Last month was the UK's warmest April ever, the Met Office has said.
Records that go back more than 100 years show that most of the country experienced temperatures of 10.7C. This is between 3C to 5C warmer than normal for April.
It was also the 11th driest month, with only half the average rainfall.
And it's not over yet. The sun is set to continue, with next weekend predicted to be a scorcher, with forecasters predicting temperatures to hit 23C.
A spokesman for the BBC Weather Centre said: 'The reason for the warm spring sunshine has been the persistence of high pressure systems dominating the weather pattern.
'These highs have been anchored across - or just to the east - of the UK. As a result, southeasterly winds have brought warm air up from the near continent and at times as far away as the Sahara.'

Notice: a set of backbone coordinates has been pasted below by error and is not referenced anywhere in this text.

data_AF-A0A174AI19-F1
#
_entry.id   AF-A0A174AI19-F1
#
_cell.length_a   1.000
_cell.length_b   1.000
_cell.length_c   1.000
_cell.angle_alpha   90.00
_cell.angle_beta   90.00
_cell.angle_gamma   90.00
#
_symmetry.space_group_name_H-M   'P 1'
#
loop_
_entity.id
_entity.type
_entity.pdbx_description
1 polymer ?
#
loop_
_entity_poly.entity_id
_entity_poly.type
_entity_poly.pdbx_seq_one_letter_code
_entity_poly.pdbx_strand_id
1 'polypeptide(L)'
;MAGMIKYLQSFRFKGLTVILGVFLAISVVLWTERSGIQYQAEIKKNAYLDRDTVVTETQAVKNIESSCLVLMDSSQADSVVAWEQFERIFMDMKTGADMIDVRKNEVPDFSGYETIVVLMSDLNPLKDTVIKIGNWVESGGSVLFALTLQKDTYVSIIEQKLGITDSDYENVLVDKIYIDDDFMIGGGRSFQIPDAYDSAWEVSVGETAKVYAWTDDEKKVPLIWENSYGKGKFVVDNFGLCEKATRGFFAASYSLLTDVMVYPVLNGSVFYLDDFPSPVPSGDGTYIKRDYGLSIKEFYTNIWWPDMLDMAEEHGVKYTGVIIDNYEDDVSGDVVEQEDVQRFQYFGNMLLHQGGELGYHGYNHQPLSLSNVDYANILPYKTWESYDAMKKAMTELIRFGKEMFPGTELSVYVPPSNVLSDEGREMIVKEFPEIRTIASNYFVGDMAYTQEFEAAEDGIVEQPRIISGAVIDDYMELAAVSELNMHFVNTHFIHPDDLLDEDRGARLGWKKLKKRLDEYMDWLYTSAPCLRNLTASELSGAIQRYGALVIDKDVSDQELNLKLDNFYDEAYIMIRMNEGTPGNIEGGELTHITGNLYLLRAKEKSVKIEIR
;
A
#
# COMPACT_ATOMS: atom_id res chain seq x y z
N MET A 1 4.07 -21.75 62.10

Most of the UK enjoyed clear skies and sun on the May Day bank holiday, but strong chilly breezes and showers in the south west caused some families to cut short their breaks.
But the wind is set to die down, giving way to warmer weather, according to Tony Burgess of the Met Office: 'The strong breezes will die down as we reach Wednesday which will push temperatures up to 20c (68f) by Thursday.
'As we approach the weekend there is an increasing chance of showers in the West but the East and South will remain fine and dry.'
Although the unusually hot and dry weather has been blamed for a number of heath and moorland fires across Britain - ramblers had to be rescued last night as a blaze swept through Crowthorne Woods in Berkshire - the majority of the population have been making the most of the heat at Britain's parks and beaches.
Time to book another staycation, then!
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